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Asia

Over the last decade, the global economic and strategic balance has been shifting eastwards. Asia is the largest and the most populous continent, with China and India alone already accounting for one-third of the global population. Asia is home to some of the world’s most dynamic and fastest growing economies, but also to some most complex security hotspots. From tensions on the Korean Peninsula to maritime territorial disputes in the East and South China Seas, there are a number of issues which have the potential to spark more serious conflict. The rise of China is affecting the balance of power in the region, and has resulted in increased competition with the US for influence. This is also increasingly visible in the Indian Ocean, which has become a new theatre of strategic competition between China and India. While there are various multilateral cooperative mechanisms in the region, such as the ASEAN Regional Forum (ARF) or the East Asia Summit, their capacity to address such security issues remains limited.

As a key trading partner of many Asian economies, the EU has a major stake in regional stability, as well as in the security of its Sea Lanes of Communication. Since announcing its ‘pivot to Asia’ in 2012, Brussels has been trying to step up its security role in Asia by boosting cooperation with its various Strategic Partners, as well as through existing multilateral fora. The EUISS has been working to support these efforts by providing relevant expertise and analysis and conducting research in domains that have the potential to enhance regional stability and raise the EU’s security profile. Key areas of focus are maritime security and governance, preventive diplomacy, confidence and capacity building, crisis prevention, multilateralism, regional integration and institution building.

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    18May 2016

    With Singapore facilitating greater dialogue between ASEAN and China, what are the prospects for regional stability in South-East Asia? And can the city-state sustain its role as an honest broker given its long-standing security ties with the US?

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    13May 2016

    The international community continues to put pressure on Pyongyang with the aim of quickly restarting the negotiations over the DPRK's nuclear agenda. Whether or not sanctions will succeed, however, depends on how well the restrictions are implemented.

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    13May 2016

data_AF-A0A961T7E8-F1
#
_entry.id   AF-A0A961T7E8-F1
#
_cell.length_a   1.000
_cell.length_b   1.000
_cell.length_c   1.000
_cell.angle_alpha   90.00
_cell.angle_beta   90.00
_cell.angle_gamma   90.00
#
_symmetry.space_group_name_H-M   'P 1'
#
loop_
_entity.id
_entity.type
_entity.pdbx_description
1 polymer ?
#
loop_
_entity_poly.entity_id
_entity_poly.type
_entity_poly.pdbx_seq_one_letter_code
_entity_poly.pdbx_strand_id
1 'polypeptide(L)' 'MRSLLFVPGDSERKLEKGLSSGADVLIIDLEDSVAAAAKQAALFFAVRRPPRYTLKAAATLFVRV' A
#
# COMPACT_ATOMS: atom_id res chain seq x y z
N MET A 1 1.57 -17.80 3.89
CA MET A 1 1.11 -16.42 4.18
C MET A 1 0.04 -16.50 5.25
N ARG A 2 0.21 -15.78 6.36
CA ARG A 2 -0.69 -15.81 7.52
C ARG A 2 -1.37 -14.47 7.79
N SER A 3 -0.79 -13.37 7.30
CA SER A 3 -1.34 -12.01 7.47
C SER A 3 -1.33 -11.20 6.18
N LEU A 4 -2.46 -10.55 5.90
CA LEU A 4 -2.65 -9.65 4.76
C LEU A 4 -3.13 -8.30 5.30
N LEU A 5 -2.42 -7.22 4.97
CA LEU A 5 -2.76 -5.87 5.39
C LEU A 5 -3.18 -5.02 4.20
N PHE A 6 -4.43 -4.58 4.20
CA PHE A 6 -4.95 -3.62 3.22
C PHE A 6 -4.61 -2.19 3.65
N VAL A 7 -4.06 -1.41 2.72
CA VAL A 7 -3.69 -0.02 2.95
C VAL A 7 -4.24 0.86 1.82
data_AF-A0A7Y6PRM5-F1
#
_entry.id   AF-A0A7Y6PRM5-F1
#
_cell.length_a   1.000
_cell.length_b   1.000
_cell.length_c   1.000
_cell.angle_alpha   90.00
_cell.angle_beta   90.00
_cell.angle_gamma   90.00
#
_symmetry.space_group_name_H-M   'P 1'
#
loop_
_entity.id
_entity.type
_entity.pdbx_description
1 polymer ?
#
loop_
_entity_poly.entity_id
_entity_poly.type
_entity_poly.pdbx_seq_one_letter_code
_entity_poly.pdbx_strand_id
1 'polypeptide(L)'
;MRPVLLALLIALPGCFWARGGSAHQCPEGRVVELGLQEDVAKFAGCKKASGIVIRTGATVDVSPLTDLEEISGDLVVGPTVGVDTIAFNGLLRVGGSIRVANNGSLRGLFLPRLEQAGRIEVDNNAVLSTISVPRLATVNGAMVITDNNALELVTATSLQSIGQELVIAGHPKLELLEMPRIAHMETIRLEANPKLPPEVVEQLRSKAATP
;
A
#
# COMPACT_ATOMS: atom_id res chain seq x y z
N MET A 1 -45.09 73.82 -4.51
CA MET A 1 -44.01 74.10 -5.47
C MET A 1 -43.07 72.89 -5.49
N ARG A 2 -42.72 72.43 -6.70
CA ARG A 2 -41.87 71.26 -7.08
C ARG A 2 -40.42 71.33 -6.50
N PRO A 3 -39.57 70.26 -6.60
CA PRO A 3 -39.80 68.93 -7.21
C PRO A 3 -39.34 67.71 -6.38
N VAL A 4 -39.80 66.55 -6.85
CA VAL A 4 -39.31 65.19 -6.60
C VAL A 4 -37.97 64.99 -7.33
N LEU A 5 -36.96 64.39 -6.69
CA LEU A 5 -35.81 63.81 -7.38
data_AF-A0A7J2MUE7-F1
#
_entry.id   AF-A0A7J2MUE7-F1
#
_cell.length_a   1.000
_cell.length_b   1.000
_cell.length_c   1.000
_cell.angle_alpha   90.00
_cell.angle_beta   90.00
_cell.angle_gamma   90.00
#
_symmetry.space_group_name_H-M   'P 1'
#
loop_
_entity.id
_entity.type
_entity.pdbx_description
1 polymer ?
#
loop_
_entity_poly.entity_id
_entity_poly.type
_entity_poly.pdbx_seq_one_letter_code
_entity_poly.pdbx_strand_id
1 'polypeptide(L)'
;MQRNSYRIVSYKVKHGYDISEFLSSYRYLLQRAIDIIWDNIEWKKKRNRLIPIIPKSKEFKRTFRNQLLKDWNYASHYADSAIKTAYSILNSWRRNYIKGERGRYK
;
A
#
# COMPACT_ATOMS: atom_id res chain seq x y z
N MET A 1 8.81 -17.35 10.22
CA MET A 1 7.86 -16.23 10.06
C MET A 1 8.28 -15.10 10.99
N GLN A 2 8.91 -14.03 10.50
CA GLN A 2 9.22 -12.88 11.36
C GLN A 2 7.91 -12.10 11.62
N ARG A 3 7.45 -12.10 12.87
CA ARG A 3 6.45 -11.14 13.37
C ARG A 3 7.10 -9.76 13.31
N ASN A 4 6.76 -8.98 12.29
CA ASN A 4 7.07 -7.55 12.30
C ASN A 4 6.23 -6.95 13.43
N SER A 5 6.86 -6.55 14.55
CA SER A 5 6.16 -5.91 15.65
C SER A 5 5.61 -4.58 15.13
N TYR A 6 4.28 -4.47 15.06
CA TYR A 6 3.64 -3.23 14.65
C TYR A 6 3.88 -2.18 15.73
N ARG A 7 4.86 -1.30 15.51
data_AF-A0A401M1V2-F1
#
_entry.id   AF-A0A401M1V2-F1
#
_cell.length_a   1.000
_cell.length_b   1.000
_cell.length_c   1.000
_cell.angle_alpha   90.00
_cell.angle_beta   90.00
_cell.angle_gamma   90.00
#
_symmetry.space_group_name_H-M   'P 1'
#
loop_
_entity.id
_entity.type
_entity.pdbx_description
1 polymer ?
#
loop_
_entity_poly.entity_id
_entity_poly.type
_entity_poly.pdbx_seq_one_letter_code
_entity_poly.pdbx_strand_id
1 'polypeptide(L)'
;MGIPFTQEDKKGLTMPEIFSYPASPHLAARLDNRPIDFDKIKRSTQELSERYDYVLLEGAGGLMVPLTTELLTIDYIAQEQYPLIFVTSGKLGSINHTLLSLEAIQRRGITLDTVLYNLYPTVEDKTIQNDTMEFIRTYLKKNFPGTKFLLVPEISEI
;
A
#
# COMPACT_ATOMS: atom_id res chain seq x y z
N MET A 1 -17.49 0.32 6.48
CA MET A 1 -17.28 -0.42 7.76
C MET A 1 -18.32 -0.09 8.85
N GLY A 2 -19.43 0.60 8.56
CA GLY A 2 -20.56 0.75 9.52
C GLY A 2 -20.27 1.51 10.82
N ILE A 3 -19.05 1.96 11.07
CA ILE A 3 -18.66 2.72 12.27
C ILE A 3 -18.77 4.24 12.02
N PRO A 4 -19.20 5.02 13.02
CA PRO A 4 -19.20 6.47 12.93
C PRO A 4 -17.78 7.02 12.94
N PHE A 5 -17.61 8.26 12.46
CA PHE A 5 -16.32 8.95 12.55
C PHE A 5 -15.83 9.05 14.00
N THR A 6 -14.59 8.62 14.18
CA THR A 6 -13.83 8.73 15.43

Until now, Chinese and Australian cooperation has largely been a mutually beneficial economic endeavour. However, the nature of this partnership is changing as China rises on the global stage. What do policymakers in Canberra hope for? And what do they fear?

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    01April 2016

    China’s army-centric military structure – based on a 1950’s Soviet model – had long mismatched the country’s status as world’s second largest economy. This Alert looks at how the push for military reforms reflects Beijing’s changing domestic and regional priorities.

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    01April 2016

    Beyond the exchange of raw materials for manufactured goods, China’s and India’s relations with the African continent are slowly gaining traction, particularly in the security sphere. But upholding relations with heavyweight OECD partners like the EU remains fundamental for Africa’s economic diversification, as well as democratic consolidation.

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    30March 2016

    This Brief assesses India’s hegemonic role in its immediate neighbourhood. Can New Delhi assuage worries of its neighbours about its dominance? And what steps have been taken by Prime Minister Modi towards greater regional integration?

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    12February 2016

    This Alert examines the speeches and public declarations of new President Tsai Ing-wen following the Democratic Progressive Party’s (DPP) 2016 electoral victory, in the bid to discern Taiwan’s upcoming domestic and foreign policy orientations.

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    14January 2016

    China’s global activism is reaching new heights under President Xi Jinping’s leadership. Beijing is hoping to exert itself as a new multilateral leader by venturing into previously unchartered realms such as cybersecurity. The question is, how will China pursue its new ambitions?